A Buddhist is said to have faith if "he believes in the Perfect One's (the Buddha's) Enlightenment" (M 53; A.V, 2), or in the Three Jewels (s. ti-ratana), by taking his refuge in them (s. ti-sarana). His faith, however, should be "reasoned and rooted in understanding" (ākāravatā saddhā dassanamūlika; M. 47), and he is asked to investigate and test the object of his faith (M. 47, 95). A Buddhist's faith is not in conflict with the spirit of inquiry, and "doubt about dubitable things" (A. II, 65; S. XLII, 13) is admitted and inquiry into them is encouraged. The 'faculty of faith' (saddhindriya) should be balanced with that of wisdom (paññindriya; s. indriya-samatta). It is said: "A monk who has understanding, establishes his faith in accordance with that understanding" (S. XLVIII, 45). Through wisdom and understanding, faith becomes an inner certainty and firm conviction based on one's own experience.
Faith is called the seed (Sn. v. 77) of all wholesome states because, according to commentarial explanations, it inspires the mind with confidence (okappana, pasāda) and determination (adhimokkha), for 'launching out' (pakkhandhana; s. M. 122) to cross the flood of samsāra.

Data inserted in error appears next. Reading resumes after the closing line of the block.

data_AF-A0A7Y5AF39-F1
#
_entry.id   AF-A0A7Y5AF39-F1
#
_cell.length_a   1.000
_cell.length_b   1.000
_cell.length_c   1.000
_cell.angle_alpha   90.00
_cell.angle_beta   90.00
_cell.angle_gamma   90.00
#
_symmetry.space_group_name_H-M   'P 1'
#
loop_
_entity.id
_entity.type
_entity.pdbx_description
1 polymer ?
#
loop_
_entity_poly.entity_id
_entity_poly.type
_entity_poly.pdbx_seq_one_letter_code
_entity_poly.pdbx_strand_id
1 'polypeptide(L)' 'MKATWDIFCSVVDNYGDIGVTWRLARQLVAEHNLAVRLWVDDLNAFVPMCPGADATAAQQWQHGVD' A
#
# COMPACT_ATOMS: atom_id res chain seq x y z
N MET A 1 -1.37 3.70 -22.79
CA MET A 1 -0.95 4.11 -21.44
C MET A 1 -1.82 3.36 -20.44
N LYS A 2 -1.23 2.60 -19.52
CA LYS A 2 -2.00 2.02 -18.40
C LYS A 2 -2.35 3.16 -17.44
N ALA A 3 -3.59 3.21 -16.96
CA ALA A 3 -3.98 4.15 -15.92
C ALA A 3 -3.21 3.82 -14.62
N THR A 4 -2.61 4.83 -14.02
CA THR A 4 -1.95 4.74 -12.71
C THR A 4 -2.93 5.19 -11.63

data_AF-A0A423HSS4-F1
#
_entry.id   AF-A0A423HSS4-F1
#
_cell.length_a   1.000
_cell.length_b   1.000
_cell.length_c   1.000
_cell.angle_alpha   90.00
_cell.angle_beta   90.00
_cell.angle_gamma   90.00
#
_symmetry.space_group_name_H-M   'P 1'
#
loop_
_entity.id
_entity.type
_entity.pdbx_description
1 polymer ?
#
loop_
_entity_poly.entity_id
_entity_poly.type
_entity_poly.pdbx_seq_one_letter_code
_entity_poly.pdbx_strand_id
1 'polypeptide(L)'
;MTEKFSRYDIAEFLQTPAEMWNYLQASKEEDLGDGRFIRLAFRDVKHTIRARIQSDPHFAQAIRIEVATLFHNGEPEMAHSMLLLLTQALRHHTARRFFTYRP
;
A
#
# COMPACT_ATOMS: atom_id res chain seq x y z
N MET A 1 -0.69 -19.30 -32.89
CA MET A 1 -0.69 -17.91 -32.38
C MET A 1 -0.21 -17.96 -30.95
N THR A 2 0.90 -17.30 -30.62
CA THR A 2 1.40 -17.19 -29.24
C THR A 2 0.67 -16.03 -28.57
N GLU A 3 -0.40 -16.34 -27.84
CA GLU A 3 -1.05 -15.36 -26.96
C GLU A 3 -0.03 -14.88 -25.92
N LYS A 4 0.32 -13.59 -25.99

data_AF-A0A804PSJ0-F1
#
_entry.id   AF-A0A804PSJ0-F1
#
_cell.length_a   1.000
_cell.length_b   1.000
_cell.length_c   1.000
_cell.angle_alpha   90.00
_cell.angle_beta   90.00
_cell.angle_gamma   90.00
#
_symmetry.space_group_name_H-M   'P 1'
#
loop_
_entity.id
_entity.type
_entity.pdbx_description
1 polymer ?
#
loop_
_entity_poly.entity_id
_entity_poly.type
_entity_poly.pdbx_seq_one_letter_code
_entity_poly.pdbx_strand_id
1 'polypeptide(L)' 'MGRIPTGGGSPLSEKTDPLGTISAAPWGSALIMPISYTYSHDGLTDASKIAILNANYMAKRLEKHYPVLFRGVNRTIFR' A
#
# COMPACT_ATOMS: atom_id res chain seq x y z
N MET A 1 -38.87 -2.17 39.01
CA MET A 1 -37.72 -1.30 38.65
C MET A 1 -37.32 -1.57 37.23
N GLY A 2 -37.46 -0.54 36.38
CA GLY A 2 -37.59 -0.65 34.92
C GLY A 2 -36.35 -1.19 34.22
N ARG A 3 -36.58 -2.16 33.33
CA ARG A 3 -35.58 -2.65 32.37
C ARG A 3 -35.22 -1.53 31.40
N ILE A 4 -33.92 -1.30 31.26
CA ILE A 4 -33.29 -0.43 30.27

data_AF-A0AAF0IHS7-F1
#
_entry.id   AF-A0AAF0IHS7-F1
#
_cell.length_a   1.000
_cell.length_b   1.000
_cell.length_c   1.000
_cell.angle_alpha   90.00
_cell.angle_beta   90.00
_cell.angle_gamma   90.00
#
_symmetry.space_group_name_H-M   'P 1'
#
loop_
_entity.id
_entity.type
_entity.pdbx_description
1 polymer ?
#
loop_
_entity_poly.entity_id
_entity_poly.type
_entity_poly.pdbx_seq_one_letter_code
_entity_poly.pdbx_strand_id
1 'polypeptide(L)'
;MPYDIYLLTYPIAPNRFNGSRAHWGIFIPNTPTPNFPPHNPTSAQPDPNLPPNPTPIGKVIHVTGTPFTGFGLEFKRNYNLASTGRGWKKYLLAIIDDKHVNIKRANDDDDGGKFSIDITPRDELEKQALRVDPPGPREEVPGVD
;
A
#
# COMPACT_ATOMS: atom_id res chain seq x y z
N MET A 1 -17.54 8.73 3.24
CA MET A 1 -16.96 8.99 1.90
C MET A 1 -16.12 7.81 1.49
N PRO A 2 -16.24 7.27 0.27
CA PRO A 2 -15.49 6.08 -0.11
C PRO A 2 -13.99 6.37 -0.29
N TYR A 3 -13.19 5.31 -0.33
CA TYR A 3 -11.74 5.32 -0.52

Unshakable faith is attained on reaching the first stage of holiness, 'stream-entry' (sotāpatti, s. ariyapuggala), when the fetter of sceptical doubt (vicikicchā; s. samyojana) is eliminated. Unshakable confidence (avecca-pasāda) in the Three Jewels is one of the characteristic qualities of the Stream-winner (sotāpannassa angāni, q.v.).
Faith is a mental concomitant, present in all karmically wholesome, and its corresponding neutral, consciousness (s. Tab. II). It is one of the 4 streams of merit (puññadhārā, q.v.), one of the 5 spiritual faculties (indriya, q.v.), spiritual powers (bala, q.v.), elements of exertion (padhāniyanga, q.v.) and one of the 7 treasures (dhana, q.v.).
See Faith in the Buddha's Teaching, by Soma Thera (WHEEL 262). "Does Saddhā mean Faith?'' by Ñānamoli Thera (in WHEEL 52/53).